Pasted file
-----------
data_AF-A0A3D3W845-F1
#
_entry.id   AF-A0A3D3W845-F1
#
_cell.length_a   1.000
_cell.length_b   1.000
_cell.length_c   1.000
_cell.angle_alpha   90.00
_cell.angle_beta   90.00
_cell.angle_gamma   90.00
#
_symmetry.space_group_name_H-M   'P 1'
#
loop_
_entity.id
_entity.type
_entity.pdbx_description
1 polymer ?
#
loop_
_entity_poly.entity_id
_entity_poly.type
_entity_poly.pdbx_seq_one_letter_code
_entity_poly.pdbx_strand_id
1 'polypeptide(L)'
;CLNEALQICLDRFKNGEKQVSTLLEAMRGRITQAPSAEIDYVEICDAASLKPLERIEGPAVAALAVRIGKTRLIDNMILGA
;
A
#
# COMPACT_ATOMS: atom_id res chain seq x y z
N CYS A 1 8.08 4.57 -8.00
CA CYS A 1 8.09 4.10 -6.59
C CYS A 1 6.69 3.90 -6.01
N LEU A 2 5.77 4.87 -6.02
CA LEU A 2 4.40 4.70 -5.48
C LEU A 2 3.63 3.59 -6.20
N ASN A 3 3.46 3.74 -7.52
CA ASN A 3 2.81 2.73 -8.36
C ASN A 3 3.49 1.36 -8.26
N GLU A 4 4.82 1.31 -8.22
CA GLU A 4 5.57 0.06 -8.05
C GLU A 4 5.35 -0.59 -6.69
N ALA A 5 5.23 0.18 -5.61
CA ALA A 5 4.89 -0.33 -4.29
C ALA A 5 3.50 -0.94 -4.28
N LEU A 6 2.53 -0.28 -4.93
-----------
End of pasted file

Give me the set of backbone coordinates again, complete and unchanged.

data_AF-A0A3D3W845-F1
#
_entry.id   AF-A0A3D3W845-F1
#
_cell.length_a   1.000
_cell.length_b   1.000
_cell.length_c   1.000
_cell.angle_alpha   90.00
_cell.angle_beta   90.00
_cell.angle_gamma   90.00
#
_symmetry.space_group_name_H-M   'P 1'
#
loop_
_entity.id
_entity.type
_entity.pdbx_description
1 polymer ?
#
loop_
_entity_poly.entity_id
_entity_poly.type
_entity_poly.pdbx_seq_one_letter_code
_entity_poly.pdbx_strand_id
1 'polypeptide(L)'
;CLNEALQICLDRFKNGEKQVSTLLEAMRGRITQAPSAEIDYVEICDAASLKPLERIEGPAVAALAVRIGKTRLIDNMILGA
;
A
#
# COMPACT_ATOMS: atom_id res chain seq x y z
N CYS A 1 8.08 4.57 -8.00
CA CYS A 1 8.09 4.10 -6.59
C CYS A 1 6.69 3.90 -6.01
N LEU A 2 5.77 4.87 -6.02
CA LEU A 2 4.40 4.70 -5.48
C LEU A 2 3.63 3.59 -6.20
N ASN A 3 3.46 3.74 -7.52
CA ASN A 3 2.81 2.73 -8.36
C ASN A 3 3.49 1.36 -8.26
N GLU A 4 4.82 1.31 -8.22
CA GLU A 4 5.57 0.06 -8.05
C GLU A 4 5.35 -0.59 -6.69
N ALA A 5 5.23 0.18 -5.61
CA ALA A 5 4.89 -0.33 -4.29
C ALA A 5 3.50 -0.94 -4.28
N LEU A 6 2.53 -0.28 -4.93